Small things go a long way in TV news. And this week as the teammate producer, it was all about the little things. The first small but major change I made this week was suggested by our lead producer, Diego. He suggested that I put every new element for each story on the whiteboard in the media center, with the name of the journalist getting the element. For example, when doing interviews for various stories, I would put the time of the interview, who was being interviewed, and who was doing the interview. This way, Diego could keep track of what was happening in every story without having to check who is getting the element. While this is essentially what we do in Trello, our online assignment management system, having the visual representation on the board helps everyone, including the multimedia journalists (MJs), who often have to continue someone else’s story.
This week we also continued our #WCW (Woman Crush Wednesday) segment. This week I had our news anchor, Kellie, find someone in advance, which made our planning so much easier. I had a breakdown of what the story was going to be beforehand, which made Diego’s life easier as well.
In general, I love working with our reporters and helping them improve their stories. But this week, I got to do that a lot more. I made it more of a priority to work one-on-one with students, especially because most of them have never done packages or are relatively new to it. For example, I helped our reporter Genevieve get the bulk of her interviews. Her story was about Latina Equal Pay Day, and she wasn’t sure how to get interviews. I got her several names, and connected her with some outspoken Latinx students I know. I made sure to keep tabs on her, so that I could have MJs assist her when needed. Overall, I feel like I paid more individual attention and that definitely helped create better stories.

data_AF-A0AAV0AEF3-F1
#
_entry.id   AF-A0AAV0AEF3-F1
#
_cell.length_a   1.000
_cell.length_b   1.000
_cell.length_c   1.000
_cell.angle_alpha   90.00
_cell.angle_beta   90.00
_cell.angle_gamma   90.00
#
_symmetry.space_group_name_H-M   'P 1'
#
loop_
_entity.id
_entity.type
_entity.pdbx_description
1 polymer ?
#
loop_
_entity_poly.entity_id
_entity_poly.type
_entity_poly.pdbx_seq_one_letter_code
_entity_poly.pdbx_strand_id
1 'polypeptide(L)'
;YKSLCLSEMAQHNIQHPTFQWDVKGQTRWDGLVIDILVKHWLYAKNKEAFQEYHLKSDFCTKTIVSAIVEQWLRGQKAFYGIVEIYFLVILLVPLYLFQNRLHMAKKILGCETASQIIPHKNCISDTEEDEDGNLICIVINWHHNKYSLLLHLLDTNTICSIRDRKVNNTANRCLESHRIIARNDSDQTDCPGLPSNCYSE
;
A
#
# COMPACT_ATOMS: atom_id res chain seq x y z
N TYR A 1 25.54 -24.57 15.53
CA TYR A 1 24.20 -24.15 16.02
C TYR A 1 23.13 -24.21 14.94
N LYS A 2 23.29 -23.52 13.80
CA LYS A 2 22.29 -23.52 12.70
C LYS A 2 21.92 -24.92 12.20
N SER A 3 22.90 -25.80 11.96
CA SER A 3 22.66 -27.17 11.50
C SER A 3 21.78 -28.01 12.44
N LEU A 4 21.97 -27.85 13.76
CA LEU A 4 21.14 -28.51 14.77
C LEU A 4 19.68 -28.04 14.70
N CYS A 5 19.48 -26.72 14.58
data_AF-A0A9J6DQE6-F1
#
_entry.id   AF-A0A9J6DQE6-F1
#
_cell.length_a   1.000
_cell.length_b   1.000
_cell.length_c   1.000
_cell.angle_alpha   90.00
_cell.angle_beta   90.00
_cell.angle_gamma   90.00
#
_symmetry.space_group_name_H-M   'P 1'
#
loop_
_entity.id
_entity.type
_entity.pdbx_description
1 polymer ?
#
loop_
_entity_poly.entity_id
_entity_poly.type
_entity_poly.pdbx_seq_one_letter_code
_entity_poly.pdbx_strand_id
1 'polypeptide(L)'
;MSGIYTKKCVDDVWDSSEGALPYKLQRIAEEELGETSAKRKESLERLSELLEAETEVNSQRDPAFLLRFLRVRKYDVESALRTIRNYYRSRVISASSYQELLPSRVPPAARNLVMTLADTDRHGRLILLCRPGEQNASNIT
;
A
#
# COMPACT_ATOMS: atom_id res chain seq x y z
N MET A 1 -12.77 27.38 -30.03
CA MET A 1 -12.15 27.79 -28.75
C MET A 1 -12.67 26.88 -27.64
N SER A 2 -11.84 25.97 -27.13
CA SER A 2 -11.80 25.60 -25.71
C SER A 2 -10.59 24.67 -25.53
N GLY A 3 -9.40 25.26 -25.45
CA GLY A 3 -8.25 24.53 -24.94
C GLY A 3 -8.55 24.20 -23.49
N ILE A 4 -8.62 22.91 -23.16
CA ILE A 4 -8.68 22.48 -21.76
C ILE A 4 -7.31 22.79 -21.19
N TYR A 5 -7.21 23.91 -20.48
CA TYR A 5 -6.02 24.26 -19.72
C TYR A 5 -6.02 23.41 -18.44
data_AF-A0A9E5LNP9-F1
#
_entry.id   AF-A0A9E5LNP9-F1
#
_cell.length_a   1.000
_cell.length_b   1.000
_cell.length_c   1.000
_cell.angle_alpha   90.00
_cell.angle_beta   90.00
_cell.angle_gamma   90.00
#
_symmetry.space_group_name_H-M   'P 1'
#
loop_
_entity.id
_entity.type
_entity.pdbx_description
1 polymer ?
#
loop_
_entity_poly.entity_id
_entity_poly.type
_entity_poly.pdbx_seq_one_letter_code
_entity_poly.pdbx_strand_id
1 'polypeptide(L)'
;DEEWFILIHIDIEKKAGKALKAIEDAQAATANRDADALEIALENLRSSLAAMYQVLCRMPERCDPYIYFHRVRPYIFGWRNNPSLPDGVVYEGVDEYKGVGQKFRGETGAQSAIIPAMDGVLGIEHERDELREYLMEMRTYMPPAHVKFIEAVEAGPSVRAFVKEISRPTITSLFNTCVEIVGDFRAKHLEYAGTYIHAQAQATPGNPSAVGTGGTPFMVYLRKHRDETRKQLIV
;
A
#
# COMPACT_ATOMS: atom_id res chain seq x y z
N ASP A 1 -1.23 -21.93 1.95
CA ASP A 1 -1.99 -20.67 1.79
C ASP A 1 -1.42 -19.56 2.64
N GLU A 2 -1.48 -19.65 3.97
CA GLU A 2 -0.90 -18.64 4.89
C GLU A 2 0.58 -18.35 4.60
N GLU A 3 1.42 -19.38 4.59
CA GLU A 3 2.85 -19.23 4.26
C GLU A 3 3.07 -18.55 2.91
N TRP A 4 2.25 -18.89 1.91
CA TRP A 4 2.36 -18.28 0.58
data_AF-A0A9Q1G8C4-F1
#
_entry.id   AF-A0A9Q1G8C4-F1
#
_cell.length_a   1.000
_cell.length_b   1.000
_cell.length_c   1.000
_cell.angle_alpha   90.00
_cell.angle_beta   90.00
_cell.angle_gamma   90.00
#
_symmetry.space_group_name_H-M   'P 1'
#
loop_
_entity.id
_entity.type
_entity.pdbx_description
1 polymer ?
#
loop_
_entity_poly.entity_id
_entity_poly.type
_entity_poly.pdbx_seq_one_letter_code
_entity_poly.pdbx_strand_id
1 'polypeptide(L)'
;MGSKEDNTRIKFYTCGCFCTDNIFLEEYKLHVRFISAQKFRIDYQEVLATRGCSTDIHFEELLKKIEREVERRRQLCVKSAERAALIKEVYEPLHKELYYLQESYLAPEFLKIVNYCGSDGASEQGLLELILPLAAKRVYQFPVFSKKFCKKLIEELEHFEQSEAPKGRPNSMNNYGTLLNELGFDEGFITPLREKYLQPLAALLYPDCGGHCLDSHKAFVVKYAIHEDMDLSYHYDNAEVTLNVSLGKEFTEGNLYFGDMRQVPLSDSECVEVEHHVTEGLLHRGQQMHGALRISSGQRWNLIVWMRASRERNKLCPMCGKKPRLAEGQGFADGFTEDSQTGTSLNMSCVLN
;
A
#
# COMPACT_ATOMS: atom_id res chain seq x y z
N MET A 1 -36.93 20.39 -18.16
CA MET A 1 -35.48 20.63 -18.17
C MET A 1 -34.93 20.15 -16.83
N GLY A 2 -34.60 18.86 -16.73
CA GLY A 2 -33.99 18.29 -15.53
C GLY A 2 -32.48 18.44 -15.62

Another example of working one-on-one with a reporter to improve storytelling was my work with Morgan Stephens about the impact of the impeachment hearings. She presented me with several graphic ideas, and I thought they were way too wordy. I suggested she condense the ideas, and she then did an explainer in the studio to breakdown the information. I didn’t want to assume that our viewers could follow the data, and since it was still relatively complex, even after breaking it down, I thought it would be helpful to have her explain it on camera. Explainers do really well with my age group. On social media, explainer videos regularly go viral, because the media often forgets that a lot of people don’t know what phrases like “quid pro quo,” mean off the top of their heads. Explainers are also more conversational and less robotic and old-fashioned.
Even though I was the teammate producer, my inner reporter never dies. I developed a few stories this week, even though I usually do that when I’m lead producer. I tracked social media a lot more, and found the Facebook group about the USC parents who created a group for mental health resources called, “Counseling Connection Corner.” I broke down the elements we would need and assigned it as soon as Diego agreed. In the morning, I also made sure to use my social media skills to pitch Transgender Remembrance Day as a story. Today social media definitely guided my news-gathering process, which was an impactful change.